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Tilia cordata

Common Name(s):
Littleleaf linden, Small leaf lime tree
Cultivar(s):
'Greenspire'
Categories:
Edible Plants, Trees
Comment:

Excellent street tree in the Malvaceae family.  It is a great urban tree tolerating poor soil, drought, and air pollution. It is more ideally suited for a northern climate than for the south.  It is easy to transplant and tolerates heavy pruning.  Its fall color is a pale yellow green and not very ornamental.

Seasons of Interest:

          Bloom: Summer, June Fruit: Summer, August

Wildlife Value:  The flowers attract butterflies and bees and it makes an excellent honey plant.

Insects, Diseases, and Other Plant Problems: No serious insect or disease problems. Insect visitors include borers, scale, leaf miner, lace bugs, caterpillars, aphids and Japanese beetles. Spider mites can be troublesome, particularly in hot, dry periods. Verticillium wilt is infrequent, but can be fatal. Powdery mildew, leaf spots, and canker may occur.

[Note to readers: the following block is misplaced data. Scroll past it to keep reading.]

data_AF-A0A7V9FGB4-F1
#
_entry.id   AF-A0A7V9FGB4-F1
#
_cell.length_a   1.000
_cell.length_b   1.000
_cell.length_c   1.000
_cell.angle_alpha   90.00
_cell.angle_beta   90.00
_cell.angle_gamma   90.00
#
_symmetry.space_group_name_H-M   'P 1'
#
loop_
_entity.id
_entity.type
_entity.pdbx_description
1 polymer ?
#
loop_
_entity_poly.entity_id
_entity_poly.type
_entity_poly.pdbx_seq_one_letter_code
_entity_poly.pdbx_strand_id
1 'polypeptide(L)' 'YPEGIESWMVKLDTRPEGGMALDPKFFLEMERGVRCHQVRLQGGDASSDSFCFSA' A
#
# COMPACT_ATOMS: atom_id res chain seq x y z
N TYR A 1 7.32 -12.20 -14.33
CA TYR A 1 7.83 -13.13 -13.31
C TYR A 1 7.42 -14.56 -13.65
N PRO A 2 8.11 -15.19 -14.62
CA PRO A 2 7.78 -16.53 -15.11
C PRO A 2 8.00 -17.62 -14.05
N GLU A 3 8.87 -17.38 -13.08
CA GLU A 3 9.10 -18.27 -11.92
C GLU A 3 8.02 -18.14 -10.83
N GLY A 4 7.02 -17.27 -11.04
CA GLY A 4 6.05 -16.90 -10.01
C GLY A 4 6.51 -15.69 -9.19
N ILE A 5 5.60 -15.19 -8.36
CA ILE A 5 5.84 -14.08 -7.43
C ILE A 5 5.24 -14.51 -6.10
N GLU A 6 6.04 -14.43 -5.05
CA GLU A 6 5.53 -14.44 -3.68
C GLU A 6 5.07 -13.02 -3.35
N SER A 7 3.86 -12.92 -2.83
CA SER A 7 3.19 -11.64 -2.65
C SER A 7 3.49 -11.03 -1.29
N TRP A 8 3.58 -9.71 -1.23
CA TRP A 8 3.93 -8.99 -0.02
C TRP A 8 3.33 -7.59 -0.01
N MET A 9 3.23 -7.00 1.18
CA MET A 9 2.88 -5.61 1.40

Height:
30-50 ft.
Flower:
Lacy cluster of fragrant cream to pale yellow flowers; followed by a showy nut like structure attached to a papery bract
Zones:
3 to 7
Habit:
Deciduous
Site:
Sun; moist, well drained soil but tolerates a range of soil conditions, sun to partial shade
Texture:
Medium
Form:
Pyramidal in youth; more rounded with age; densely branched; spreading
Width:
25-40 ft.
Growth Rate:
Slow to moderate
Leaf:
1.5 to 3 in. alternate, simple leaves; yellow-green fall color
Tags:
flowering tree, air pollution, urban, deciduous, street tree, drought tolerant, bees, nectar, pollinator, wildlife, shade tree, butterflies

NCCES plant id: 2220

Tilia cordata Leaves upper and underside
Tilia cordata Form
Haeferl, CC-BY-SA-3.0
Tilia cordata Leaves
Tilia cordata Leaves
Globetrotter19, CC-BY-SA-3.0
Tilia cordata Insect galls on leaves
Tilia cordata Flowers
Dinesh Valke, CC-BY-SA-2.0
Tilia cordata Trunk
Graham Cole, CC-BY-SA-2.0
Tilia cordata Form
Isidre Blanc, CC-BY-SA-3.0